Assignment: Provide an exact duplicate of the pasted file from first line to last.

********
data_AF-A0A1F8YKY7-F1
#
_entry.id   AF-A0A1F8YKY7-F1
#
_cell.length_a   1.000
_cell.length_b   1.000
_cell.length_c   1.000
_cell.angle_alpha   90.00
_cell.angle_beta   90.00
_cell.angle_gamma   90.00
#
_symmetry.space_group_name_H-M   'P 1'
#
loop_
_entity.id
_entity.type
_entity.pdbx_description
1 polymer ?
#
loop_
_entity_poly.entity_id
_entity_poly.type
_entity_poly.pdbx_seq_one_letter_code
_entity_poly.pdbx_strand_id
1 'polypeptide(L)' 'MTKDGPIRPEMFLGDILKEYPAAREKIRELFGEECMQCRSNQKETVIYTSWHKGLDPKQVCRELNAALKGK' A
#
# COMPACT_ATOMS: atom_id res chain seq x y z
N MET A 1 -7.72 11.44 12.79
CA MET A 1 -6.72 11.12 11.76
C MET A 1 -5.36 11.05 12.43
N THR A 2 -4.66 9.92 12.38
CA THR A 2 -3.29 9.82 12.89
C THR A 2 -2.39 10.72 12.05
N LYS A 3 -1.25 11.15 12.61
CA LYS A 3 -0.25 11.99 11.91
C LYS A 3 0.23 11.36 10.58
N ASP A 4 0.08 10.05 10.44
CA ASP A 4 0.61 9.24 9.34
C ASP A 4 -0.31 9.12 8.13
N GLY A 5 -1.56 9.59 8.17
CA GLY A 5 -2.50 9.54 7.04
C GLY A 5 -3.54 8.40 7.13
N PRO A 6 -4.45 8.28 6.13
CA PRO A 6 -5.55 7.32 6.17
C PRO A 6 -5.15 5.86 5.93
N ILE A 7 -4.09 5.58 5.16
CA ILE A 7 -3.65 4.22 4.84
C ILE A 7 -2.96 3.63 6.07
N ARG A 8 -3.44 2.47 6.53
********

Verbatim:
data_AF-A0A1F8YKY7-F1
#
_entry.id   AF-A0A1F8YKY7-F1
#
_cell.length_a   1.000
_cell.length_b   1.000
_cell.length_c   1.000
_cell.angle_alpha   90.00
_cell.angle_beta   90.00
_cell.angle_gamma   90.00
#
_symmetry.space_group_name_H-M   'P 1'
#
loop_
_entity.id
_entity.type
_entity.pdbx_description
1 polymer ?
#
loop_
_entity_poly.entity_id
_entity_poly.type
_entity_poly.pdbx_seq_one_letter_code
_entity_poly.pdbx_strand_id
1 'polypeptide(L)' 'MTKDGPIRPEMFLGDILKEYPAAREKIRELFGEECMQCRSNQKETVIYTSWHKGLDPKQVCRELNAALKGK' A
#
# COMPACT_ATOMS: atom_id res chain seq x y z
N MET A 1 -7.72 11.44 12.79
CA MET A 1 -6.72 11.12 11.76
C MET A 1 -5.36 11.05 12.43
N THR A 2 -4.66 9.92 12.38
CA THR A 2 -3.29 9.82 12.89
C THR A 2 -2.39 10.72 12.05
N LYS A 3 -1.25 11.15 12.61
CA LYS A 3 -0.25 11.99 11.91
C LYS A 3 0.23 11.36 10.58
N ASP A 4 0.08 10.05 10.44
CA ASP A 4 0.61 9.24 9.34
C ASP A 4 -0.31 9.12 8.13
N GLY A 5 -1.56 9.59 8.17
CA GLY A 5 -2.50 9.54 7.04
C GLY A 5 -3.54 8.40 7.13
N PRO A 6 -4.45 8.28 6.13
CA PRO A 6 -5.55 7.32 6.17
C PRO A 6 -5.15 5.86 5.93
N ILE A 7 -4.09 5.58 5.16
CA ILE A 7 -3.65 4.22 4.84
C ILE A 7 -2.96 3.63 6.07
N ARG A 8 -3.44 2.47 6.53